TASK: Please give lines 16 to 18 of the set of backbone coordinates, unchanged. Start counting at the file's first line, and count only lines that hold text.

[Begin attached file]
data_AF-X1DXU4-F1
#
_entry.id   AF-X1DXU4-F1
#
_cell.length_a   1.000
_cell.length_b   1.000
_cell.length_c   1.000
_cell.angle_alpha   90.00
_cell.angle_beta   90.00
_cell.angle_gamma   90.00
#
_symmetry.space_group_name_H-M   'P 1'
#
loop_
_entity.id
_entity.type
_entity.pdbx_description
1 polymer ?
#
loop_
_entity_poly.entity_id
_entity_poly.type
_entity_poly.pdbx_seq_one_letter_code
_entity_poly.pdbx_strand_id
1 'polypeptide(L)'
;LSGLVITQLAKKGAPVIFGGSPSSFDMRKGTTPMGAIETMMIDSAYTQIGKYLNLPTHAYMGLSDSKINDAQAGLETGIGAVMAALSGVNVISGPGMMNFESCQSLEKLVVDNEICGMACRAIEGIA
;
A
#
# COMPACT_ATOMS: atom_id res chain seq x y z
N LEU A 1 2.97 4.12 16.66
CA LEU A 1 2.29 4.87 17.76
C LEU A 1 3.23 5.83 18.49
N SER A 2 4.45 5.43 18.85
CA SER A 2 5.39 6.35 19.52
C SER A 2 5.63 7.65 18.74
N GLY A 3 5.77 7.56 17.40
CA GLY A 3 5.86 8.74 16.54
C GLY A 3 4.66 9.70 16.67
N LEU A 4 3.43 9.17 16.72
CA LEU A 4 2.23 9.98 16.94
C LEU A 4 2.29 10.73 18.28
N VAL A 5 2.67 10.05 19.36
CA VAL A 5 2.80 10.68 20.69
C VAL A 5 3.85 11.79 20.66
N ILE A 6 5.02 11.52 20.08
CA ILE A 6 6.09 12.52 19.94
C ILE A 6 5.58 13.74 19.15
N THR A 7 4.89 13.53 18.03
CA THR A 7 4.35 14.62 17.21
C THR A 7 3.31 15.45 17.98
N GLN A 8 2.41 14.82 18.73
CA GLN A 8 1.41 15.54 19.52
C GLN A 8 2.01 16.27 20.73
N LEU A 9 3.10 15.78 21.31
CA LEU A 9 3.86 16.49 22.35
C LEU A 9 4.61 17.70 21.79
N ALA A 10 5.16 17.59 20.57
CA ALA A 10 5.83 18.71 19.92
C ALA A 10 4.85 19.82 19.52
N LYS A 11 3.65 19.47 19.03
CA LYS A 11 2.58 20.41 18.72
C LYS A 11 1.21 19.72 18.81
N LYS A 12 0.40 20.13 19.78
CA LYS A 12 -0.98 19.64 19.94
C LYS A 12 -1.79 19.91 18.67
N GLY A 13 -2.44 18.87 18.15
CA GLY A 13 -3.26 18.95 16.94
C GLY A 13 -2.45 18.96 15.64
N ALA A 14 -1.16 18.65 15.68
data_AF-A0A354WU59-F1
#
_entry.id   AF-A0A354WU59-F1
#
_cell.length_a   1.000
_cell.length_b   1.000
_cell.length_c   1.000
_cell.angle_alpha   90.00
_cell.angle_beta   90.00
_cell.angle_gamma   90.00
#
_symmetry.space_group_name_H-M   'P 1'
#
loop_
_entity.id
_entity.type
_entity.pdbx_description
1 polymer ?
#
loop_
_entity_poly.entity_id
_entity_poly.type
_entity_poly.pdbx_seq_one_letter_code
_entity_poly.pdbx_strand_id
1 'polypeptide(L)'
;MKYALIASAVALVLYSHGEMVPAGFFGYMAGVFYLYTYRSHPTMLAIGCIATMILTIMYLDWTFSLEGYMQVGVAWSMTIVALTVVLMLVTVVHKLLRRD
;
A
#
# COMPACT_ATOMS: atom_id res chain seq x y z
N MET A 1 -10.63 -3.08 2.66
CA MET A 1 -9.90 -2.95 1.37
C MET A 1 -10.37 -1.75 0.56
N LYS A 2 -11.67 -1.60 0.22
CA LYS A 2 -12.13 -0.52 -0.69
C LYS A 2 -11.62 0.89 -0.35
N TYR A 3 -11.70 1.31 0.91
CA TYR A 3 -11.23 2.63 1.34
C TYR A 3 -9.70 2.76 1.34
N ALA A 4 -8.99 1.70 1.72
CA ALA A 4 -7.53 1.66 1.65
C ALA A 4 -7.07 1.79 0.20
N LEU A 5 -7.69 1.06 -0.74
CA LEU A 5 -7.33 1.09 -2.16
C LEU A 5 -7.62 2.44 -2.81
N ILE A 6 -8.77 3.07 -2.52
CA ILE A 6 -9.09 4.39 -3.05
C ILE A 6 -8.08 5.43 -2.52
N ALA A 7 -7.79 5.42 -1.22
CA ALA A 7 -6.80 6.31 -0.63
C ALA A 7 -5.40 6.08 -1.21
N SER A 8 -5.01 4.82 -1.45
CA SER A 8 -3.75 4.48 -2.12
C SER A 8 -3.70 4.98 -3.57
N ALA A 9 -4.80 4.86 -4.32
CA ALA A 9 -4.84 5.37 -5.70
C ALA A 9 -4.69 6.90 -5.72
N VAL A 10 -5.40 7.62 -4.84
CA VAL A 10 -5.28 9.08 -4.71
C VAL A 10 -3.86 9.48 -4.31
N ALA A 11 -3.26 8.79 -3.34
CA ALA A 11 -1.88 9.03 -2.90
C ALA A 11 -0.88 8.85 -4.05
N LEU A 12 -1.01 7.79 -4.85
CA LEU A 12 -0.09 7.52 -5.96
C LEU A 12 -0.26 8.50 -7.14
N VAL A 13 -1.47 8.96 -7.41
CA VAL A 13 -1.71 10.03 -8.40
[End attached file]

_entity.type
_entity.pdbx_description
1 polymer ?